You just want those people to be supervised by someone who has the expertise to make the right decisions devoid of emotion and defensiveness.

Begin the Clean-up

Some of this is painful because you’ll need to work with the social networks’ customer service departments to reset login data, delete a profile, or take down an untrue review.

This could take weeks.

According to the social networks, you are guilty until proven innocent. They assume you’ll say and do anything to take down negative reviews…especially if they are true. You have the burden of proof on you and they’ll make you jump through a gazillion hoops to make sure you’re telling the truth.

Be patient. Follow the messaging outlined above. Create compelling content that is written both for humans and robots. The negative reviews will move.

Build Your Online Reputation through Social Media

There was a time when social media didn’t make sense for every organization. Now, though, it is the best and most efficient way to connect with your customers and prospects.

There is one social network every organization should be on, no matter what you sell: Google+.

Not only does Google rank you higher if you use their social network to promote your content, it helps to push down the negative content if it has been shared on Google+.

Google also now allows you to connect your social networks to your analytics so you can see not only which are the biggest drivers of traffic to your site, but also what keywords they used to find you, what conversations (or pictures, or links) drove them to you, and what they did once they arrived.

Content is Prince

Like Sean, you may find a fictional character has your name.

Or you may find untrue reviews, blog posts, or stories.

But many of you will have negative reviews that are, unfortunately, true.

The very best way to manage these is to create content that is interesting and valuable, and something people want to share.

You cannot delete the negative information.

The best you can do is push it off of page one results.

Implement the Strategy

Once you’ve cleaned up the organization’s online reputation and figured out how you’re going to use content to build a strong reputation, it’s time to put your strategy into action.

You’re about to become transparent.

In the past, we had the perception that we are in control of our reputation even with an issue or crisis.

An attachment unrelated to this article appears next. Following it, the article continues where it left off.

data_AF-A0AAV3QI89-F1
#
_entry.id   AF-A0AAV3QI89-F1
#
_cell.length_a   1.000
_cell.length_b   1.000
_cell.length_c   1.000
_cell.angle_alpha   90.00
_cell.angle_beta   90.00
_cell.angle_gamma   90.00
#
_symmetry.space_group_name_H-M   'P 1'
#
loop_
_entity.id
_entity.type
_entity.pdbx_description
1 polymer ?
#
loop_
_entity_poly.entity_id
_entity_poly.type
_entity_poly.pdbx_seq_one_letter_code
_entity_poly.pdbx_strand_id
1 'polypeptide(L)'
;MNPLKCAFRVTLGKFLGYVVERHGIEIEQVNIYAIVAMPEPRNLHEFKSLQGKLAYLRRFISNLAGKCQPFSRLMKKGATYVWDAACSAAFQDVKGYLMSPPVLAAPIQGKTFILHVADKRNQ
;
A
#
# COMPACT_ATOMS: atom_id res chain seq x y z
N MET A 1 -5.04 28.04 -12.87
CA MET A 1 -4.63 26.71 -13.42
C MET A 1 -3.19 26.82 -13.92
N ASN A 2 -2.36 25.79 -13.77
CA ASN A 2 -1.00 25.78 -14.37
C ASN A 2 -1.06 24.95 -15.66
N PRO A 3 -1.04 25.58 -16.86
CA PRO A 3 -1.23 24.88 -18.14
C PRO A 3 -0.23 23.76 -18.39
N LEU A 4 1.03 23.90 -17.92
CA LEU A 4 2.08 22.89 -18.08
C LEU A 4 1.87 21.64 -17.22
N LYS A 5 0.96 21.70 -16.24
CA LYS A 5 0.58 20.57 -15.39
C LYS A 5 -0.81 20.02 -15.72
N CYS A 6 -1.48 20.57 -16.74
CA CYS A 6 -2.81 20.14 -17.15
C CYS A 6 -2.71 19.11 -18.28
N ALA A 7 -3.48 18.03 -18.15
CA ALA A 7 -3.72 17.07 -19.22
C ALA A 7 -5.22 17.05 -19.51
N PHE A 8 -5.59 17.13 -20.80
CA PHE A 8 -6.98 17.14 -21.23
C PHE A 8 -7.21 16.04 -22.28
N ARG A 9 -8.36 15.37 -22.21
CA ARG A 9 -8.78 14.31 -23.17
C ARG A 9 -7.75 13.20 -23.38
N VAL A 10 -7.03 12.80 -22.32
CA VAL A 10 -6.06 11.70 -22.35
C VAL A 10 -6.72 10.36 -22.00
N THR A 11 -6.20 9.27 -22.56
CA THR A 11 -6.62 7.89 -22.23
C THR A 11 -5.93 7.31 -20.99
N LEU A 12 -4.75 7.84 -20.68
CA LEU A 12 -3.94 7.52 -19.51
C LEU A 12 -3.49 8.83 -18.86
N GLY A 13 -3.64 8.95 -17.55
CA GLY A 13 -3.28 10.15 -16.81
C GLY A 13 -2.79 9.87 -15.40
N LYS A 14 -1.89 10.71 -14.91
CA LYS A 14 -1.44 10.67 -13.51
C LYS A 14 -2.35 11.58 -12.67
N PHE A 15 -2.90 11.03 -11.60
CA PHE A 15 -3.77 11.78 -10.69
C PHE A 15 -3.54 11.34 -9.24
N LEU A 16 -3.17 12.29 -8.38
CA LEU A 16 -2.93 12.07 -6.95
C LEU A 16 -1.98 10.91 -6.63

The curtain has been pulled back now, and the only way to participate in the conversation is by being transparent: You’re opening yourself up to criticism and feedback.

  • Allow employees to talk about your products or services publicly.
  • Establish a one-to-one communication channel where customers can engage and converse with you in real time every day.
  • Proactively ask for feedback.
  • Don’t hide criticism: Address it publicly.

Once you’ve decided to be transparent, honest, authentic, and human in your online conversations, the content, brand ambassadors, influencer marketing, customer reviews, and a solid product or service will help you cross the marathon finish line.

Warren Buffett famously said:

If you lose money for the firm, I will be understanding. If you lose reputation, I will be ruthless.

An organization’s online reputation, today, is only as good as its search results.

This is an excerpt from the newly released Spin Sucks. Buy your copy today to get more information, read case studies, and put more tips in your online reputation arsenal. If you email me your receipt, I will send you some of our most popular webinars, worth $200.

About Gini Dietrich


Gini Dietrich is the founder and CEO of Arment Dietrich, a Chicago-based integrated marketing communications firm. She is the lead blogger here at Spin Sucks and is the founder of Spin Sucks Pro. She is the co-author of Marketing in the Round and co-host of Inside PR. Her second book, Spin Sucks, is available now.

31 comments
KateNolan
KateNolan

And I just went and obsessively created Talkwalker alerts for our company, the variations in our name, our competitors, their name variations and our company principals. I feel a little bit stalker-ish now, but I'll definitely be doing an inventory and putting some plans in place. We generally haven't seen much online "chatter", but better to be prepared when/if it happens!

JRHalloran
JRHalloran

Hmm... is this the excerpt I helped you with? Sounds like my job details on our blog every day.  ;-) 

I'm definitely glad you wrote about this in your book! What many people are slowly realizing is that they're losing business simply from what people are finding in the search results. It doesn't even matter if the results are true or not. What anyone finds there they tend to believe as the golden truth.